While it is necessary that the last portion of the phospho-silicate glass layer be removed by sputtering to avoid any contamination thereof, it should be understood that the initial portions of the layer of the phospho-silicate glass may be removed by any suitable means. Although it is preferred that all of the phospho-silicate glass be removed by sputter etching, it is only necessary that the removal of the last portion of the phospho-silicate glass layer, which is adjacent to the layer 14 of silicon dioxide, be in a contamination-free manner to avoid any contamination of the silicon dioxide layer 14 by sodium ions.

In sputter etching the phospho-silicate glass, it is necessary to prevent any of the phospho-silicate glass from returning to the material from which it is being sputter etched. Otherwise, the sodium ions, which are trapped in the phospho-silicate glass, will return to the layer 14 of silicon dioxide so that the oxide would not be free of the sodium ions. Accordingly, suitable means must be employed in the sputtering chamber to prevent this.

One suitable example for preventing any sputtering of the material, which is being sputter etched, from returning to the silicon dioxide layer 14, is an apparatus shown and described in the copending patent application Ser. No. 834,444 (IBM Docket FI9-68-071) of Lawrence V. Gregor et al., now US. Pat. No. 3,617,463, for Improved Apparatus and Method for Sputter Etching, filed on. the same date as the present application, and assigned to the same assignee as the assignee of the present application. Of course, any other suitable means such as a shutter, for example, may be employed.

After the layer of the gettering agent has been removed from the layer 14 of silicon dioxide, a protective material must be added to the surface of the silicon dioxide layer 14 to prevent any contamination of the layer 14 by sodium ions. This layer of protective material must be added in a contamination-free environment.-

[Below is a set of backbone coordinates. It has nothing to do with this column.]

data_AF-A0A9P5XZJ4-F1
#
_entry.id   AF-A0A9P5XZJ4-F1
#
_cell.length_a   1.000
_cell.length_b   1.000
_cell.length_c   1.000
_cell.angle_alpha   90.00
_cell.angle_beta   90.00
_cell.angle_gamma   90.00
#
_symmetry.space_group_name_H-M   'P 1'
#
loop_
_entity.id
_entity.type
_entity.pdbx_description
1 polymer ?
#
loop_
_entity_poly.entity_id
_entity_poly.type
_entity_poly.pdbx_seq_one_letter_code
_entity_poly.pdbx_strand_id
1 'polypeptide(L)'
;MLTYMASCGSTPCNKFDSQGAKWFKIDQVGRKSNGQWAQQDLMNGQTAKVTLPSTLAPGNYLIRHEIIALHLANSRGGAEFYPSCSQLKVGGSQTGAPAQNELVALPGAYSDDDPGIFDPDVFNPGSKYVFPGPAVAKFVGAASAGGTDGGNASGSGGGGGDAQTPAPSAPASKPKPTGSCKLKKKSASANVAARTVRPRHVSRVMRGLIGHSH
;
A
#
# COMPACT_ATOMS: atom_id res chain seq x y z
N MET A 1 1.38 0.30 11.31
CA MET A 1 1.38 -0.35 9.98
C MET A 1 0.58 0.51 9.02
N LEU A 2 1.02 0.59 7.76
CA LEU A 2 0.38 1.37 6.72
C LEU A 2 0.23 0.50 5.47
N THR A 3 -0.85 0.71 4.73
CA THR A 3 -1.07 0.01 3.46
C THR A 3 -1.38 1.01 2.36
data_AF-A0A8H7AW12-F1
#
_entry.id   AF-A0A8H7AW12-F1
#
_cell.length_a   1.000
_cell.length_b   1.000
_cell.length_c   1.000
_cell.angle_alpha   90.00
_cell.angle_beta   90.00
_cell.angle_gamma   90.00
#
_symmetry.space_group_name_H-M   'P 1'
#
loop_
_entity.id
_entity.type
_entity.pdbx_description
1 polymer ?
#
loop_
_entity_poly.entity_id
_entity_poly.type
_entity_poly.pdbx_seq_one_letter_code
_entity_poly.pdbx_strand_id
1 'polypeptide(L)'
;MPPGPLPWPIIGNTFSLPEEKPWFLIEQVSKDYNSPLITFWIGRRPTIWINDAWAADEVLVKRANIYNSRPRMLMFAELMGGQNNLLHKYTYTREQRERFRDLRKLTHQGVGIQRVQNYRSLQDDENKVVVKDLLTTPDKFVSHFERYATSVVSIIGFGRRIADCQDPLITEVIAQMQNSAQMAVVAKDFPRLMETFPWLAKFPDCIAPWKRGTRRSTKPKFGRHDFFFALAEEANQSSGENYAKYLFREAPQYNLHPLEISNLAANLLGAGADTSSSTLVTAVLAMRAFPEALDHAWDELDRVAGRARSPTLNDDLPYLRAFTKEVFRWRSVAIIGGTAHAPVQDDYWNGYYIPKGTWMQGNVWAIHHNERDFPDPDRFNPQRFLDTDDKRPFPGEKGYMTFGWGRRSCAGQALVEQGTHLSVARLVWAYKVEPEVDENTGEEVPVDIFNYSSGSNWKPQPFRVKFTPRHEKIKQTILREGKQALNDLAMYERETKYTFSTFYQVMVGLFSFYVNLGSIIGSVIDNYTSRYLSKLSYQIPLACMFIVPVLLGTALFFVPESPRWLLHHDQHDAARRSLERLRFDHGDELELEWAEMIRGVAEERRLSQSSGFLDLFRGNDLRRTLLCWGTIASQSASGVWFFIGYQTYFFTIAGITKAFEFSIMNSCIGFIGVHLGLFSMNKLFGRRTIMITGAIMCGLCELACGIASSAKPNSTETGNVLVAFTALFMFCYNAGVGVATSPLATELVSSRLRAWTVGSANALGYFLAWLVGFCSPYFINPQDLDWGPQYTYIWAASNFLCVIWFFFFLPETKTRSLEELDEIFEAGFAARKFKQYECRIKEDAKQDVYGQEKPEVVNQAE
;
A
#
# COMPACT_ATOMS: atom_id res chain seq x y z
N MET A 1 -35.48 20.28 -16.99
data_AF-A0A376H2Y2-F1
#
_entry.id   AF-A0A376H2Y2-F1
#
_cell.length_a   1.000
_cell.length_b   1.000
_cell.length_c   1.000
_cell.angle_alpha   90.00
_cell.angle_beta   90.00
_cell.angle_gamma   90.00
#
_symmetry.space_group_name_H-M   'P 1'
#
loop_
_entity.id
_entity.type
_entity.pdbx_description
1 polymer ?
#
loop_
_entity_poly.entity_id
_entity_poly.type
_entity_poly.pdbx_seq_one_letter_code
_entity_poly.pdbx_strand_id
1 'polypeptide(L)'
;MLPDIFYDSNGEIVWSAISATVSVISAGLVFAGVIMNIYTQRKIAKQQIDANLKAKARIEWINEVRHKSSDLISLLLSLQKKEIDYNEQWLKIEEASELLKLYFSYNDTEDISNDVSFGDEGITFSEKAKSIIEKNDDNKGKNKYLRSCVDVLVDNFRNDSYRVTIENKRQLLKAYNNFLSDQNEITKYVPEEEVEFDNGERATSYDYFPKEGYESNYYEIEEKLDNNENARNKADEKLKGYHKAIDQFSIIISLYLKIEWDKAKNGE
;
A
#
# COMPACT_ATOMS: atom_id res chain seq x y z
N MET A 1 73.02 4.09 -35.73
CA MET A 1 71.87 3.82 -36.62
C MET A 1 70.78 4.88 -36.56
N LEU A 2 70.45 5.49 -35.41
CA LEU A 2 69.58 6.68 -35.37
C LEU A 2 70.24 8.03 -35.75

While any suitable means for adding the protective material in a contamination-free environment may be em-. ployed, a layer 17 of a protective material is preferably added by sputtering in the same sputtering chamber in which the layer of phospho-silicate glass was sputter etched. However, under clean laboratory conditions where a contamination-free environment may be provided, the protective material may be added in another sputtering chamber.

When sputtering of the protective material occurs in the same sputtering chamber in which sputter etching of the phospho-silicate glass occurred, it also is necessary to prevent any of the phospho-silicate glass, which has the sodium ions entrapped therein, from sputtering onto the target of the protective material. Therefore, the means, which is employed in the sputtering chamber to prevent any of the phospho-silicate glass from being sputtered onto the silicon dioxide layer 14, also prevents any of the phospho-silicate glass from sputtering onto the target, which is to supply the protective material.

As shown in FIG. 2, the layer 17 of the protective material is disposed on top of the layer 14 of silicon dioxide. By depositing this layer 17 wtihout any contamination of the silicon dioxide layer 14 with sodium ions, no inversion layer is produced in the silicon to affect the operating characteristics of the field effect transistor.

Samples were prepared in accordance wtih the method of the present invention and compared with other samples, which have not been prepared in accordance with the present invention. These comparison tests indicate the increased stability of the surface of a semiconductor substrate subjected to the method of the present invention.

Four samples were prepared with each of the samples being a silicon substrate having a 100 orientation. Each of the substrates was chemical-mechanical polished. Each of the four substrates had a silicon dioxide layer of 4500 A. formed thereon by oxidizing dry oxygen in a furnace at an oxidation temperature of 1050 C.

The two samples which were prepared in accordance with the method of the present invention, were then disposed in a furnace in which phospho-silicate glass (P O -Si was deposited by exposure to phosphorus oxychloride (POCI vapor at 1000 C. in a furnace. A 1100 A. thick layer of the phospho-silicate glass was diffused into the silicon dioxide layer. The total thickness was still 4500 A.